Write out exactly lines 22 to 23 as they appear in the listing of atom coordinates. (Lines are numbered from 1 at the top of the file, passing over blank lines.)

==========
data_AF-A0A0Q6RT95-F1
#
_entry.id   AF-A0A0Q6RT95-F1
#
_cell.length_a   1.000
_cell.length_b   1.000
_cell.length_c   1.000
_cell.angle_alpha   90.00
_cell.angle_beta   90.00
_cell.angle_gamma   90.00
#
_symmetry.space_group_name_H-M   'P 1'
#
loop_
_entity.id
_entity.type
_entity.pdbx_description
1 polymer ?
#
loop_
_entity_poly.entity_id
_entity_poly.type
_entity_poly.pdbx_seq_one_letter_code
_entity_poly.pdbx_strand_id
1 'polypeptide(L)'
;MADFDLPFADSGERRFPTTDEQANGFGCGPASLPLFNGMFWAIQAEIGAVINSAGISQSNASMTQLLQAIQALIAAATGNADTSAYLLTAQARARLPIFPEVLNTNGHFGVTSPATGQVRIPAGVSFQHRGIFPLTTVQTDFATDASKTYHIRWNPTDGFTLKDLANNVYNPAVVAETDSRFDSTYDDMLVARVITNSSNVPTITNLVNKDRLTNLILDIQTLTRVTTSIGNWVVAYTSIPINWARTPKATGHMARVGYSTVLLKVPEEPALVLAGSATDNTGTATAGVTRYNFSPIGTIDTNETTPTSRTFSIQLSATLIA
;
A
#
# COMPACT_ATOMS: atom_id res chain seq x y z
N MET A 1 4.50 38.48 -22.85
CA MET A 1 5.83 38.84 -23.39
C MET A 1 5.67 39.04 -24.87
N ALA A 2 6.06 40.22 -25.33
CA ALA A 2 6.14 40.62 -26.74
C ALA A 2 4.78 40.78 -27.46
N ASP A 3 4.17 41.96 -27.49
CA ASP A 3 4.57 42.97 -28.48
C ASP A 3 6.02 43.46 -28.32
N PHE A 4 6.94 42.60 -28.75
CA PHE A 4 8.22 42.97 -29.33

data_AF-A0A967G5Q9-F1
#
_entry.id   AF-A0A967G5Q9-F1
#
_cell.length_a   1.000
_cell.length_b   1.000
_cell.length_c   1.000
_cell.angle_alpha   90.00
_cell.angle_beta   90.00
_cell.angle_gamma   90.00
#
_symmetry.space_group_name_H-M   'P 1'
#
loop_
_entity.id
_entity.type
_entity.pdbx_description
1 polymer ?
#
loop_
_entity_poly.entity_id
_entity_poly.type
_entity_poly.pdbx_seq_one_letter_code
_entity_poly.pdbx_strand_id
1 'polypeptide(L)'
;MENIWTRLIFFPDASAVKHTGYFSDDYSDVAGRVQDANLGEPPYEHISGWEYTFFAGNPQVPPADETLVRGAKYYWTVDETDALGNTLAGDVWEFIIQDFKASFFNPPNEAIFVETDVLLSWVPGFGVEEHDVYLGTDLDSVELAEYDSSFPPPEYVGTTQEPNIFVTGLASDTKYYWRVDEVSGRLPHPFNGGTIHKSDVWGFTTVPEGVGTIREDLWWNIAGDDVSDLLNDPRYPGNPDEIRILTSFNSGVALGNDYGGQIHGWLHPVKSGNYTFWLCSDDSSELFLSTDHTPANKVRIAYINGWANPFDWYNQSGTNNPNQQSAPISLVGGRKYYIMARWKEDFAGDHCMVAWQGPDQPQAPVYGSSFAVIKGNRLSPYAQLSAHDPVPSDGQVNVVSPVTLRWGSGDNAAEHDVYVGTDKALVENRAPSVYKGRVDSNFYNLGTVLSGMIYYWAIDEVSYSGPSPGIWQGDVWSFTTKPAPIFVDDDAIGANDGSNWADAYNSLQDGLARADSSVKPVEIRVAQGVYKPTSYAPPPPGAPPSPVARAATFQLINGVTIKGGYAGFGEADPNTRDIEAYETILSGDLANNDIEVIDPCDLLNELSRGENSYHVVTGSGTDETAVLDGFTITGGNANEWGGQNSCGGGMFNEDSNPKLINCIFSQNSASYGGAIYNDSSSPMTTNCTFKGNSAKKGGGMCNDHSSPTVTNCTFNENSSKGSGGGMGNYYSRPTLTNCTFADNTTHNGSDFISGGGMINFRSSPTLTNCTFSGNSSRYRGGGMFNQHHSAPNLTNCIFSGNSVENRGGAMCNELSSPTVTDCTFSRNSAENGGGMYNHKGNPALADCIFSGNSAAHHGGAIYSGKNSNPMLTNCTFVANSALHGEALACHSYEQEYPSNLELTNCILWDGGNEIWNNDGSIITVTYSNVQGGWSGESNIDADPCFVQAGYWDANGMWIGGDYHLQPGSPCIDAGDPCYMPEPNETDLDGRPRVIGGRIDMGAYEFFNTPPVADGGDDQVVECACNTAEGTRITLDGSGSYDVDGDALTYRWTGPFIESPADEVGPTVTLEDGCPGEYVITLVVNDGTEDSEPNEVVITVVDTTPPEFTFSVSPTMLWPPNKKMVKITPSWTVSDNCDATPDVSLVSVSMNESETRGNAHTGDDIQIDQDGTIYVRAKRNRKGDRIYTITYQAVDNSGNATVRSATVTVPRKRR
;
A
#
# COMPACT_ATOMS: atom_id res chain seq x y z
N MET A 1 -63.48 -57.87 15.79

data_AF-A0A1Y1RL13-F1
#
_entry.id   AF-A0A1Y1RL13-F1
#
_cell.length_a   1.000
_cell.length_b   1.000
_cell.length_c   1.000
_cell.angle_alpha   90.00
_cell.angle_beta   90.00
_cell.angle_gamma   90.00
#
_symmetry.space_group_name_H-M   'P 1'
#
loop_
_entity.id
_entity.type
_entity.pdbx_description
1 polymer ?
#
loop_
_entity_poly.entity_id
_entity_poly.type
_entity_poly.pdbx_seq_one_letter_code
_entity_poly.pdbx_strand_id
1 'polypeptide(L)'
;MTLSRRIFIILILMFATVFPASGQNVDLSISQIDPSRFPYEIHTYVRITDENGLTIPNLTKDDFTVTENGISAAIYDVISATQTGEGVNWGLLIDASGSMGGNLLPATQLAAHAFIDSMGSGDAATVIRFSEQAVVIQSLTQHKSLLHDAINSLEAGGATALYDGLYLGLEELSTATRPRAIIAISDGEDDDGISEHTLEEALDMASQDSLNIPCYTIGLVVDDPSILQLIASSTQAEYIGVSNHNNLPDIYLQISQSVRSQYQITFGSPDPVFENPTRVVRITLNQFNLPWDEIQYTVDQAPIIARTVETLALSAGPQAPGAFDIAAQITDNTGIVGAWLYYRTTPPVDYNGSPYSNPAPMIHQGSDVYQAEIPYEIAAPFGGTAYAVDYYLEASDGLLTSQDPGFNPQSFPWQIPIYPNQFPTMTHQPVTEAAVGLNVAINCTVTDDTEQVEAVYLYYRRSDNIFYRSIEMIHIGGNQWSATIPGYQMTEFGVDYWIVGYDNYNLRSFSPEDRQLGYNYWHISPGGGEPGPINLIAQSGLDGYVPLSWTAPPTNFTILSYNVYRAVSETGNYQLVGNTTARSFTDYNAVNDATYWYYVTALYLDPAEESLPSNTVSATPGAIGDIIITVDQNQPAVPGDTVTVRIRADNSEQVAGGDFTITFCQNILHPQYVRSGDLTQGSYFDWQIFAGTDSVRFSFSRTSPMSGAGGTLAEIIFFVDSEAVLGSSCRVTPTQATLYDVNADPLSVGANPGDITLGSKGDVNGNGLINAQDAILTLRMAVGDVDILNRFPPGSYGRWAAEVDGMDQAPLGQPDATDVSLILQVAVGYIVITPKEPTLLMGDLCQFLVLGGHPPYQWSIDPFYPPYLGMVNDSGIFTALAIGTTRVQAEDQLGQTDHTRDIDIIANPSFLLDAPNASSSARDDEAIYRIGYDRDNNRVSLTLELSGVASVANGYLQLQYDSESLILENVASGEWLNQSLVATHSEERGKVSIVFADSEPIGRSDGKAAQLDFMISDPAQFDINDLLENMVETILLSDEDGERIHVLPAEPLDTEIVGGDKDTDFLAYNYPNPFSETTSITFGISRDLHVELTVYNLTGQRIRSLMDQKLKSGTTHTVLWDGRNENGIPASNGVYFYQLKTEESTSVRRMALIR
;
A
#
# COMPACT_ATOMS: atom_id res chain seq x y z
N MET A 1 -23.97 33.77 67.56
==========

_entity_poly.type
_entity_poly.pdbx_seq_one_letter_code